Resilience, empowerment, forward-thinking and risk-taking.  Any one of these words could describe Israel’s response to the COVID-19 pandemic which hit the country with a vengeance in early 2020.

The same words could also be used to describe the formative years of Hadassah.

At the opening of the 20th century, then-Palestine looked vastly different to the Israel of today.  But the challenge of keeping people safe is fundamentally similar.

The first cohort of Hadassah nurses and doctors ministered to a marginalised population through natural and man-made disasters in a landscape blighted by disadvantage.

From day one, with the imprimatur of Hadassah’s American-born founder, Henrietta Szold, the nursing and medical outreach was extended to all the diverse people who lived in this land, be they Jews or Arabs, Christian, Muslim or Druze.   This was in keeping with the ethos of western medicine, which was the bedrock on which Hadassah was built.

Over time, that same ‘Hadassah principle’ has informed every major hospital in Israel.  Hadassah remains a dynamic environment, open to embracing changing societal norms. It has led – and continues to lead – in treating people irrespective of their religion, gender, sexual orientation, colour, financial status, political beliefs or nationality.

This is particularly evident in the triage of patients.  Hadassah sees the medical status of the patient as the priority.  Under this protocol, as controversial as the practice is for some sections of the community, even terrorists are treated before victims if their health status demands it.

Israel – and before 1948, Palestine – was a melting pot of cultures, languages and customs, united by one very simple affliction: Poverty.  There was a systemic lack of money and resources, but the resolve of the Hadassah healthcare workers to create positive change was a fire that lit an otherwise dark circumstance.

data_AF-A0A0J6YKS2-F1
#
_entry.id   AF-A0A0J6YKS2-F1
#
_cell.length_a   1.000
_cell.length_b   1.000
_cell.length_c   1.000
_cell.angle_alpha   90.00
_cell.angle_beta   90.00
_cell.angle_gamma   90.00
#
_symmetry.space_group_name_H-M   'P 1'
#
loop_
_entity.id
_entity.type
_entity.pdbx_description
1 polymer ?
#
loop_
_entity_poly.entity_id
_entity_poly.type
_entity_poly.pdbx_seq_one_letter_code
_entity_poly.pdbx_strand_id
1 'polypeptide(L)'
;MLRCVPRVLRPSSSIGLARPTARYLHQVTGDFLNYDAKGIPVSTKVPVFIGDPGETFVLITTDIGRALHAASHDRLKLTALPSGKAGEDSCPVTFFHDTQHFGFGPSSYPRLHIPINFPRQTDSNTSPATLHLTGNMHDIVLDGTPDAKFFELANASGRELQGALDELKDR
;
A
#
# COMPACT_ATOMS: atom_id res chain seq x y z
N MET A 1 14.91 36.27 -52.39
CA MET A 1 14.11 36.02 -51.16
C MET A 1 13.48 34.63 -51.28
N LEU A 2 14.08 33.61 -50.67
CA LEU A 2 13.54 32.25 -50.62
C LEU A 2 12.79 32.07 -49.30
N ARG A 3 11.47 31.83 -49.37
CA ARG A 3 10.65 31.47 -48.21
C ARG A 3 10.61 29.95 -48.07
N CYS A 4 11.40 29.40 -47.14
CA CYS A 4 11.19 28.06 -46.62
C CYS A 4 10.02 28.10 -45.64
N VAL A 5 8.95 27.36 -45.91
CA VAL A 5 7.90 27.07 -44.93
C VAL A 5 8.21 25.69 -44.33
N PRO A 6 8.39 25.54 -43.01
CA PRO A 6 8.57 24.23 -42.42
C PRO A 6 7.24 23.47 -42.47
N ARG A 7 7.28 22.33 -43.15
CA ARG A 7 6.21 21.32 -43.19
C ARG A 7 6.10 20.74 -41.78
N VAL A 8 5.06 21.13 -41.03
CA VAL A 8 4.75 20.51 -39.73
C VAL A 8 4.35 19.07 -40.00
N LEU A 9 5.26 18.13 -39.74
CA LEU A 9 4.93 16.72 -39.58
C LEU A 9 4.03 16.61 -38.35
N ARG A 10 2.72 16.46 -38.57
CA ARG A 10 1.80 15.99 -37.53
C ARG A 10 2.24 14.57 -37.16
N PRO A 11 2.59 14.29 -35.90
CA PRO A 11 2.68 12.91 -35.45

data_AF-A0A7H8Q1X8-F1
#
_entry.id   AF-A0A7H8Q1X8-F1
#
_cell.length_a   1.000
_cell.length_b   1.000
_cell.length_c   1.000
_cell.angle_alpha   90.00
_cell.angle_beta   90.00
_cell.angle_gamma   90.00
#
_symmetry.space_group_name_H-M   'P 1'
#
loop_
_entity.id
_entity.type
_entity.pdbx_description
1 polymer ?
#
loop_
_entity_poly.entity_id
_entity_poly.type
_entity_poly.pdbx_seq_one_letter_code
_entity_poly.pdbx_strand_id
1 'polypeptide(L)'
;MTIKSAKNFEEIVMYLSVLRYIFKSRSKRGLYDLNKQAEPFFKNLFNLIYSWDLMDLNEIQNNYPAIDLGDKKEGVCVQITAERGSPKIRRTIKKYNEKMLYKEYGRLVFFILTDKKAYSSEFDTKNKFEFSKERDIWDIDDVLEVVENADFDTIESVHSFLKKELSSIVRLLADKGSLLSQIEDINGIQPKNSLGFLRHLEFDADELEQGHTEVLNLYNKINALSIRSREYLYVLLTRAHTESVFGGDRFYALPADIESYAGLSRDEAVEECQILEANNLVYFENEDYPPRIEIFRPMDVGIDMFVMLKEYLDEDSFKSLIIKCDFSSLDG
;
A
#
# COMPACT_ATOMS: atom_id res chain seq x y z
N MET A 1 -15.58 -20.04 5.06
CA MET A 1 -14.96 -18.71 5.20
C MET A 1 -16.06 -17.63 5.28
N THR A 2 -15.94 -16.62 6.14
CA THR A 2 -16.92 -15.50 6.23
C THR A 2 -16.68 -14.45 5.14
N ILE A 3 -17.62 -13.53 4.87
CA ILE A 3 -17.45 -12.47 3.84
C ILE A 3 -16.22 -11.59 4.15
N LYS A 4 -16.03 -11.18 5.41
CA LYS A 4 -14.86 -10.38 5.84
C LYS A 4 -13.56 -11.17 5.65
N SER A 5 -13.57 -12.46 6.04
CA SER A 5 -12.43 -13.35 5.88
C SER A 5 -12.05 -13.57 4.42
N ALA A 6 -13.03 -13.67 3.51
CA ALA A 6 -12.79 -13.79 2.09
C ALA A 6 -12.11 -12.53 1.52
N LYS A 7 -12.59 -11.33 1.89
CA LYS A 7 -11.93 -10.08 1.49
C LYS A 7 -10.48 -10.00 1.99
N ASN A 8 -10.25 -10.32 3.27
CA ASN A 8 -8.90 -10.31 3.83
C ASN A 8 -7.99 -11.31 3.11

More than a century on, the newly-appointed A/director-general of the Hadassah Medical Center, Prof Yoram Weiss is imbued with the same zeal as Henrietta Szold and the leadership that followed her (see the interview with Prof Weiss here).

He will inherit many past achievements and future plans, but few that will equal the extraordinary new rehabilitation centre at Hadassah’s Mt Scopus campus.  The centre will be the jewel in Jerusalem’s crown, which is already replete with many services and facilities dedicated to health and wellness. Leading on the ground at Hadassah Mt Scopus is another empowered leader, Dr Tamar Elram, recently named by Emunah Women’s Organisation as Woman of the Year and one of the most influential women in Israel.

There is so much to be excited about, including the founding role of Hadassah Australia in securing a large part of the funding necessary for the new Hadassah Mt Scopus rehabilitation centre to reach fruition.

The facts speak for themselves:  19,500 m² of dedicated patient-centred healing, rehabilitation spaces and facilities; 132 beds across four departments – neurology, geriatrics, spinal cord and orthopaedics, and ventilator-dependent; the first major structure of the new Mt Scopus campus.

We are committed to playing our part to make Hadassah even more relevant to the people of the greater Jerusalem area.  And to shining a light on Hadassah’s role as a world-leading healthcare provider that delivers exceptional care for people with physical and mental health needs.

Ron Finkel AM
Chair, Hadassah Australia